After 6 years of waiting, teacher seeking kidney transplant hits the road to find a donor
Teacher holds a sign asking people for kidney donations on the street
After waiting fruitlessly for six years to get a kidney donation, a Georgia teacher has taken to the streets to search for a life-changing donation on his own.
During the six years of waiting, the list of applicants for kidney transplants from the recently deceased has just gotten longer and longer.
“The list just keeps getting longer, so I was trying to see if I could find a live donor,” Worley told ABC News.
“I'm just praying that there's somebody out there," he said. "I don't want to be the one that dies waiting for one."
“I just feel like I've got other more things to do, and not ready to go yet.”
In the last two months, Worley -- who lives in North Cross, Georgia -- has been on the street most Mondays and Fridays after classes end at 2 p.m., holding a sign seeking a kidney donation.
'I'm not the only one waiting [for kidney
“I've just been going out on the exit ramp of the freeway,” Worley said.
He has to go to bed early at night to prepare for the next day's punishing dialysis treatment.
“That's about as much as I can do," he explained.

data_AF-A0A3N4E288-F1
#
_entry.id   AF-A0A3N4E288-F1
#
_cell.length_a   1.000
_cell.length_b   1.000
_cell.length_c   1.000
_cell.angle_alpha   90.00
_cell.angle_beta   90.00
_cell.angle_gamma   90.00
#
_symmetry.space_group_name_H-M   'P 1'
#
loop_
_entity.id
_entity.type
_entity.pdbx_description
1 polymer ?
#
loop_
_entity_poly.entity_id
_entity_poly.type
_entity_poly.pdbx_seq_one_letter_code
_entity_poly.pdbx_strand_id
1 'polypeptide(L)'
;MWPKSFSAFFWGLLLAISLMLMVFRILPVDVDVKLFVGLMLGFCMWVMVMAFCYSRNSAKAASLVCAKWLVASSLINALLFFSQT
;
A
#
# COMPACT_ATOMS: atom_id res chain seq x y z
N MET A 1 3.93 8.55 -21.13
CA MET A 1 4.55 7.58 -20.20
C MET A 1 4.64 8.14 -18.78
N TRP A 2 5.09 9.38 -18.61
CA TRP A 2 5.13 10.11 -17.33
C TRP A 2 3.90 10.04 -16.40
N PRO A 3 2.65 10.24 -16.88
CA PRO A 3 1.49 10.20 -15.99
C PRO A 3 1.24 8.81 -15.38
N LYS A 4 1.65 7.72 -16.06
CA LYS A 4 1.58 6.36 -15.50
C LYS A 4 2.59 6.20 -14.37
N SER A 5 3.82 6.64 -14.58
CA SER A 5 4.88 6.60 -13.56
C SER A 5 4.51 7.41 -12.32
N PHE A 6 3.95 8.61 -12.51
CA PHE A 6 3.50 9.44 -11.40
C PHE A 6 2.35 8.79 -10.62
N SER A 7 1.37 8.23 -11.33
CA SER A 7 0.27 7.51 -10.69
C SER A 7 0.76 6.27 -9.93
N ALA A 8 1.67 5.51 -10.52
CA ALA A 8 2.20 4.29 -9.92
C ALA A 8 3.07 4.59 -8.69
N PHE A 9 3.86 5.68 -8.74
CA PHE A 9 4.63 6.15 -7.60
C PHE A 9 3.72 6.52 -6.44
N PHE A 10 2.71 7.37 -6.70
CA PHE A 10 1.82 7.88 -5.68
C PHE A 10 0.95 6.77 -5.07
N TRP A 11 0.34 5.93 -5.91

"At the end of that, I'm pretty tired,” Worley said. “I do dialysis home every night. It takes about ten hours every night.
Worley is also caring for his elderly mother.
“Friday and Monday are the only days I really get out [of school] early enough to do that without leaving her alone too long.”
Not everyone whom Worley encounters on the street understand what he is going through.
“I had a lady ask me if I am real,” Worley said. “There are people who think that I want money, but I don’t want money. I just want a kidney. I just want to be able to have a live, a normal life.”
Worley went on to say that he sometimes gets positive response.
“I've had people that told me they were going to call the hospital," he said. Yet due to patient confidentiality "the hospital can't tell me about any of the calls," Worley said.
In the last two weeks, more than a half dozen students have volunteered to help him on the street to look for kidney donations.
“One of the teachers saw me, and he told the students that I was out there, and they arranged it,” Worley said.
Worley keeps searching for people to donate him a kidney, because he wants to have a normal life. He believes that there are generous people out there, and that eventually, someone will donate a kidney to him.
"There's people out there," he said. "There are a lot of those [good] people. There might be somebody,” he told ABC News.
“I'm not the only one waiting [for kidney]," Worley continued.
"There are thousands of us. And you can live with just one kidney. You could save somebody's life,” he said.